Worse vs. Worst
Worse or Worst? Learn When to Use Each Word Correctly
Sometimes, English can be hard. One of the most common word usage mistakes is confusing "worse" with "worst." When speaking, your audience might not hear the mistake, but in writing, you will definitely want to get it right.
"Worse" and "worst" sound similar, but once you understand that "worse" is used when comparing two items and "worst" announces the winner in the competition of who's the most bad, it becomes much easier to use the right word.
As a certified English teacher—I taught sophomore English before becoming a full time mom—I'd see this mistake all the time. Here is how I explained it to my students in easy-to-remember terms so that they'd never confuse the two again.
Worse vs. Worst: Which Is Which?
What does worse mean?
"Worse" is a comparative word, just like "better." It means that, when comparing two things, one is deemed to be "worse" (and not "worst") than the other. Worse means of a lower quality or standard.
Here are examples of the word "worse" used properly in a sentence:
- Margaret's cooking is worse than Joe's.
- Wooden roller coasters are much worse than steel ones.
- Cheer is worse than Tide for getting stains out.
- Artificial sweeteners are worse for your health than sugar.
- I feel even worse today than I did yesterday.
What does worst mean?
While "worse" compares two items, "worst" is a superlative. Think of "worst" like "best," only in the negative. When something is much more terrible than other things, it is the "worst" of them all. Worst means of the lowest quality or standard.
Here are examples of "worst" used correctly in a sentence:
- That was the worst movie ever!
- I have the worst memory when it comes to names.
- The hottest part of the day is the worst time to do yard work in the summer months.
- Skunks are the worst-smelling animals.
- Yuck! That's the worst restaurant in town.
Neat trick: See how in each of these examples, "worst" is preceded by "the"? So in a sentence, if you use the article "the" just before, remember that "worst" will usually follow.
When to Use "Worse" In a Sentence
Use "worse" when you're making a comparison between two things: "Rotten fish smells even worse than rotten eggs."
Use "worse" wherever you would use a word that ends with "er" as a comparison: "The Harry Potter movies are [shorter, easier, scarier, awfuller] worse than the books."
Use "worse" with "than". Since "worse" is comparative, it is often used with the word "than" in comparisons: "The new Teen Titans is much worse than the original." (You'd never say "worst than.")
Watch out for implied (unspoken) comparisons. Sometimes, the comparison is implied, so you won't see two things being compared in the sentence: "Hamburgers and sliders are basically the same, but I think sliders are worse [than hamburgers]."
Use "worse" to describe something that is degrading (worsening): "My headache keeps getting worse."
Use "worse" to describe something that is degrading, even when the comparison is implicit (unspoken): "The economy is getting much worse [than it was before]."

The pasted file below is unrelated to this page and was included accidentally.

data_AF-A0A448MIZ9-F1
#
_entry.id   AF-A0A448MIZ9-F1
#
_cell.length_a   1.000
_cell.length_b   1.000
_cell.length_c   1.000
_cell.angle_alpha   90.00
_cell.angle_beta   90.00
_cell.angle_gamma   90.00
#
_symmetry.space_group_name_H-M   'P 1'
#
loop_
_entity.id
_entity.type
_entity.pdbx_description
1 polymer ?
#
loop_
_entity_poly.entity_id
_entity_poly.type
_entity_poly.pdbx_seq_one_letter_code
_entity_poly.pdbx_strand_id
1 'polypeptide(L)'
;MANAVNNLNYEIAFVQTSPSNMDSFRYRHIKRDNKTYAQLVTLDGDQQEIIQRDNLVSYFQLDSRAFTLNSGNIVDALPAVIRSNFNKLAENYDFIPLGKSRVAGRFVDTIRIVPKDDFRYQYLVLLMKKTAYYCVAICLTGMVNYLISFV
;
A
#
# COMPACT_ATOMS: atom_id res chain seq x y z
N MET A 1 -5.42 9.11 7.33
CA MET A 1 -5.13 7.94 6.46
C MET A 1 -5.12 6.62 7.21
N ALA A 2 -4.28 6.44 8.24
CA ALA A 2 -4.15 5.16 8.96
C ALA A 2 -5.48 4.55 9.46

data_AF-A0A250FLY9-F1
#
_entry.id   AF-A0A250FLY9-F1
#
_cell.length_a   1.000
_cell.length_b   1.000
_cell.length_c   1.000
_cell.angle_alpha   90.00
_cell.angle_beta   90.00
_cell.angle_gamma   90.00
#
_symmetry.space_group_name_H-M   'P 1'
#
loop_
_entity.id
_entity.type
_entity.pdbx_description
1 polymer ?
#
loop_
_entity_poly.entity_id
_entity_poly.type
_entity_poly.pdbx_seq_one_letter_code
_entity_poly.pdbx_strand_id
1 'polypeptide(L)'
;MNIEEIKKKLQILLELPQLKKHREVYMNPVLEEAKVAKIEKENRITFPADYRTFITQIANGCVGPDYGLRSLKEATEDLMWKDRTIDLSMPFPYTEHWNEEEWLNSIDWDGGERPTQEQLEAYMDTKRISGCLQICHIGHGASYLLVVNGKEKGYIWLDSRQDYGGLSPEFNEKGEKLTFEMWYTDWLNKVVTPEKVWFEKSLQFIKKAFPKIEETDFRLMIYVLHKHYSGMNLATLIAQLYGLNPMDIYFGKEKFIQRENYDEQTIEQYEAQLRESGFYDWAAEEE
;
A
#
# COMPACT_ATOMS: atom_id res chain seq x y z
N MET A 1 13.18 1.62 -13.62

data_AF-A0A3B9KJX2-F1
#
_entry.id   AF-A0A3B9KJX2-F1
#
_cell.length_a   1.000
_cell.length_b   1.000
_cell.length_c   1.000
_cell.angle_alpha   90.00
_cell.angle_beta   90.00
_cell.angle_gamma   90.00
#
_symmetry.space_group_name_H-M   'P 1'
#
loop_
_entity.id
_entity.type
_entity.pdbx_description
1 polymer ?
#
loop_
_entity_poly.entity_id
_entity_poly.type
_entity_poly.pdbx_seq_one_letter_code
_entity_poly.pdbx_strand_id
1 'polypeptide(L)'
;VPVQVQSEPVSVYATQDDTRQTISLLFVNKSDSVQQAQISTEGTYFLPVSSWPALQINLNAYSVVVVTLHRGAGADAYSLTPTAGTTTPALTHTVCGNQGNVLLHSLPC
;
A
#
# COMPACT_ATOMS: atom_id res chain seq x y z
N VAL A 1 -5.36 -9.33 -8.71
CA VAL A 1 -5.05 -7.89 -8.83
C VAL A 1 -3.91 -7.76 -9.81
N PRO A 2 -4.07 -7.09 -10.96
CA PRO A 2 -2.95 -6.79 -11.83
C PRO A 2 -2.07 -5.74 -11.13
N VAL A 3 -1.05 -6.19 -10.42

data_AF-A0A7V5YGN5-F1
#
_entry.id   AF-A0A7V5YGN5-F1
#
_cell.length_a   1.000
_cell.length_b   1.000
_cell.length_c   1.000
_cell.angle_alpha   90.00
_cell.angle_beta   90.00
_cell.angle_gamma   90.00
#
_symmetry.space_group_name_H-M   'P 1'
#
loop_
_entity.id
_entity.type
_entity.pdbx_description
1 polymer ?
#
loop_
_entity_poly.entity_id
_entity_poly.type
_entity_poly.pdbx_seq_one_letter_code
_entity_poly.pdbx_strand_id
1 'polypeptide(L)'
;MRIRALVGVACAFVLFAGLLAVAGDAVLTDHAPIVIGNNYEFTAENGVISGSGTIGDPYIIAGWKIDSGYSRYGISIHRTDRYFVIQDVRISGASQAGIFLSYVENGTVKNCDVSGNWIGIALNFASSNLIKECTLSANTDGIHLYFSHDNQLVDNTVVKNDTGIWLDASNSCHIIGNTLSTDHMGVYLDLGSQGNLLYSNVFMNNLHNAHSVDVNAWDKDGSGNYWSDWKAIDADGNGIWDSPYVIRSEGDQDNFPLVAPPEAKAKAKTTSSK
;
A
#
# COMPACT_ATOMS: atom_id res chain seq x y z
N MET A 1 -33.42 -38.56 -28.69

Taking that test was worse than getting punched in the eye... but flunking is the worst!
When to Use "Worst" In a Sentence
Use "worst" to say that one thing is inferior to several other things: "I did every machine at the gym, but the squat rack was the worst."
Use "worst" after "the" to indicate which is the most bad thing: "Fat-free, sugar-free cookies taste the worst."
Whenever you would use a word ending in "est": "My vacation was the [wildest, calmest, tastiest, best] worst trip ever!
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Common Idioms That Include Worse or Worst
One of the most confusing aspects of English are the numerous idioms and colloquial phrases. Below are common idioms and phrases that use the words worse or worst.
"When worse comes to worst."
This phrase simply means that a bad situation (one that was simply worse off than another) has now become the most terrible that it could possibly be (it is now the worst). A modern take on this idiom is the phrase "from bad to worse."
This phrase is often misspoken with the word "worse," but the correct way to say it is with "worst." The intention is you are planning for the worst possible outcome. You often hear the phrase "worst-case scenario" describing the most negative possible outcome that might occur in a given situation.
"None the worse for wear."
This means that the challenge or extra effort didn't leave an individual or item any worse off. Although an item was used, it was not ruined.
"Their bark is worse than their bite."
This idiom simply compares a person's behavior (their "bark") with their intention (their bite). It means that they might complain loudly, but when it comes right down to it, the noise they make is more painful than anything else that might happen.
"A fate worse than death."
This idiom compares a situation with death and asserts that what has befallen is even worse than dying. Since you're comparing two items, you use "worse."
"Take a turn for the worse."
This is perhaps the phrase that is most often misspoken. The situation has gotten worse than it was originally, therefore, you use "worse" and not "worst."
Bad —> Worse —> Worst!
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© 2011 Wendy Leanne